May 112011
 

New York Money premieres at the Worsham Theatre

Stan Heaton’s short film, New York Money, will screen on Friday, May 13th at 7 P.M. in the Worsham Theater (located on the main level of UK’s Student Center).  The event is free to everyone, but the filmmakers will be taking cash donations to help fund upcoming projects. The film tells the story of Al Valentino (played by Scott Gilbert) who, after losing his job, his home, and his family in a tumultuous economy, joins with his friends to seek revenge on a bank executive. Mike Cleary and Stan Heaton co-star in this character-driven criticism of the American housing crisis and its impact on the middle class.

KET’s Community Cinema Series screens Welcome To Shelbyville

This month’s installment of KET’s free documentary series at the Lexington Public Library shows the impact of rapidly changing demographics in a small Tennessee community. Welcome to Shelbyville provides a glimpse at how longtime African-American and white residents confront the challenge of successfully integrating with a growing Latino population and the arrival of hundreds of Muslim Somali refugees in the town of Shelbyville. The screening will be held at the Central Branch of the LPL at 6 P.M. on Thursday, May 19. The screening will be followed by a discussion. For more information, please visit http://www.ket.org/communitycinema.

Aug 252010
 

Aging action stars: “Will work for food”

By Stan Heaton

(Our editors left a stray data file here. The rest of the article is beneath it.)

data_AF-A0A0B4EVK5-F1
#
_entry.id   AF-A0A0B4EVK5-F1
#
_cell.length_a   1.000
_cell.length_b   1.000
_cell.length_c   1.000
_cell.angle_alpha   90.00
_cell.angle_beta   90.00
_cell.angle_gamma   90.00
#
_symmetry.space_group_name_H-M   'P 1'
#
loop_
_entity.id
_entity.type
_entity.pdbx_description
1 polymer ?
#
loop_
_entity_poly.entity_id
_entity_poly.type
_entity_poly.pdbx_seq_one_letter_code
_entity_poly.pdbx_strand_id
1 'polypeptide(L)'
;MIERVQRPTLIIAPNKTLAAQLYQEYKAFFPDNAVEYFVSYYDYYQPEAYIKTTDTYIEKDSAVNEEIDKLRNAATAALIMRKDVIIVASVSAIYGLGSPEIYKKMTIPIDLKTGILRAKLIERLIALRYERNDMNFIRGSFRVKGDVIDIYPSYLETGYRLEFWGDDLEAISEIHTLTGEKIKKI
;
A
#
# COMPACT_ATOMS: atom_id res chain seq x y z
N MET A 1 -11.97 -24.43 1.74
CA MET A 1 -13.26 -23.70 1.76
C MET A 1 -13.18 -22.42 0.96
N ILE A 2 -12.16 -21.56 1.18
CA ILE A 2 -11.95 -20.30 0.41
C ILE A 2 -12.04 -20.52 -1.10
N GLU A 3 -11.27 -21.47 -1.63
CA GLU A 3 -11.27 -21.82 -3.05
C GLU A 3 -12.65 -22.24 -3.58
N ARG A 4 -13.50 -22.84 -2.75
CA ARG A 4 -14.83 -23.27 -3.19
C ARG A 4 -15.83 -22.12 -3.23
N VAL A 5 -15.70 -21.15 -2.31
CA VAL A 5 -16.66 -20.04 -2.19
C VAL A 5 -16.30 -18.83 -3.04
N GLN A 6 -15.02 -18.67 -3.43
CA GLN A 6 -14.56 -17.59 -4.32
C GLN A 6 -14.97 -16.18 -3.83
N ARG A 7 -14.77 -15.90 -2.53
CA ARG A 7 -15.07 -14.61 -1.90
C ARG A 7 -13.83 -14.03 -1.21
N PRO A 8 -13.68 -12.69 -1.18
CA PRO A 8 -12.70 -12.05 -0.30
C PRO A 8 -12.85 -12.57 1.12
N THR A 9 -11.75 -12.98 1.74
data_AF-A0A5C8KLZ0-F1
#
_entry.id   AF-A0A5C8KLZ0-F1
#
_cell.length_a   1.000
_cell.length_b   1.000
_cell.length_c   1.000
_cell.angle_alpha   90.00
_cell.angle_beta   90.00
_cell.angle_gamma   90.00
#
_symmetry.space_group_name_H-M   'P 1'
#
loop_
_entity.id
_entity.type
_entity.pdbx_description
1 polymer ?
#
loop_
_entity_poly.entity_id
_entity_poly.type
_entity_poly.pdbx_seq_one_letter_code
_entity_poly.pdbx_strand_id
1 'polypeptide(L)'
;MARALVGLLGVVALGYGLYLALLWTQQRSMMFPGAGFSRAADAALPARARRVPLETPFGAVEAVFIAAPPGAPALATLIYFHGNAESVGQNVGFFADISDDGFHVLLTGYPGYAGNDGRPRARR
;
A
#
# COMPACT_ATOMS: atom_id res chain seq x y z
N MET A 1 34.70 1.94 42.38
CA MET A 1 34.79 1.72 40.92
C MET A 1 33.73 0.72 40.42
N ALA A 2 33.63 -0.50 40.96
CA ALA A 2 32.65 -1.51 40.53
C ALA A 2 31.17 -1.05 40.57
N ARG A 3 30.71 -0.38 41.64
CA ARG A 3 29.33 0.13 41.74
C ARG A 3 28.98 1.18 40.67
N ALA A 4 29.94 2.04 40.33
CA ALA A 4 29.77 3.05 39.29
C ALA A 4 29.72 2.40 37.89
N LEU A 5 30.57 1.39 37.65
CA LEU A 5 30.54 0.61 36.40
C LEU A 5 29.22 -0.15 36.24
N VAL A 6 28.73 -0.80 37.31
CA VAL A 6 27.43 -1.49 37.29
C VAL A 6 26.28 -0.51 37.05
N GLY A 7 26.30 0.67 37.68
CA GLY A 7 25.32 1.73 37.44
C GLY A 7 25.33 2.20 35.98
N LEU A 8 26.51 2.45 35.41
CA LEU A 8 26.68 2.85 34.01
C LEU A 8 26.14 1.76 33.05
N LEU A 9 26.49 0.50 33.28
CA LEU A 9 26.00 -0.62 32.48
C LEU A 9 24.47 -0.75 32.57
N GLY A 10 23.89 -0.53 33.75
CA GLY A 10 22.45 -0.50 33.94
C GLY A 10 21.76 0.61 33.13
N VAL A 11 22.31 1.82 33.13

Sly Stallone is back as the grizzled hero of The Expendables, a testosterone-charged action flick about a group of mercenaries hired to eliminate a brutal dictator on some arbitrary South American island.  During the job, Stallone encounters the dictator’s daughter, Sandra (Giselle Itie), a beautiful woman trapped by the misfortune of her country and the power of her evil father.  In an effort to save this woman and his own soul, Stallone assembles his crew of bad-asses and attempts to liberate the island.

In many ways, The Expendables resembles action movies of the 80s.  The stars (and there are a lot of them) have almost as many muscles as the cast of Predator (1987).  The most sinister villain in the film, played by the always sleazy Eric Roberts, is really an ex-CIA operative, mirroring the corrupt officials in Rambo: First Blood Part II (1985) and so many other 80s action movies.

And most important, The Expendables is much more about how something happens, rather than what is happening.  In other words, the focus of the film is not that the Expendables are guns for hire who take the law into their own hands.  Instead, the focus is whether or not Jason Statham’s knives or Stallone’s guns killed more bad guys.

Each scene is simply a vehicle that allows Stallone, who directed the film, to show us the next exploding body part, dangerous car chase, or old man wrestling match.  There are a small number of scenes in which we actually get a pinch of character development; any time Mickey Rourke is on the screen, we know we’re about to get some exposition.  But for the most part, the movie is all about the action.  The entire plot revolves around who is going to get beaten up next.

For many movie-goers eager to see the old guard of Hollywood action films back in the saddle, the explosions and gunfire will be enough.  However, for the rest of us who need more than automatic shotguns and obnoxiously loud motorcycles, The Expendables has another, more intelligent layer.

I’ve been following the production of this movie for many months, and when I heard that the cast of a movie called The Expendables included Sylvester Stallone, Jason Statham, Jet Li, Dolph Lundgren, Eric Roberts, Randy Couture, Steve Austin, Mickey Rourke, Terry Crews, Arnold Schwarzenegger, and Bruce Willis, I immediately thought of the trend in Hollywood to use action stars to make gobs of cash before tossing them aside to usher in the next wave of tough guys.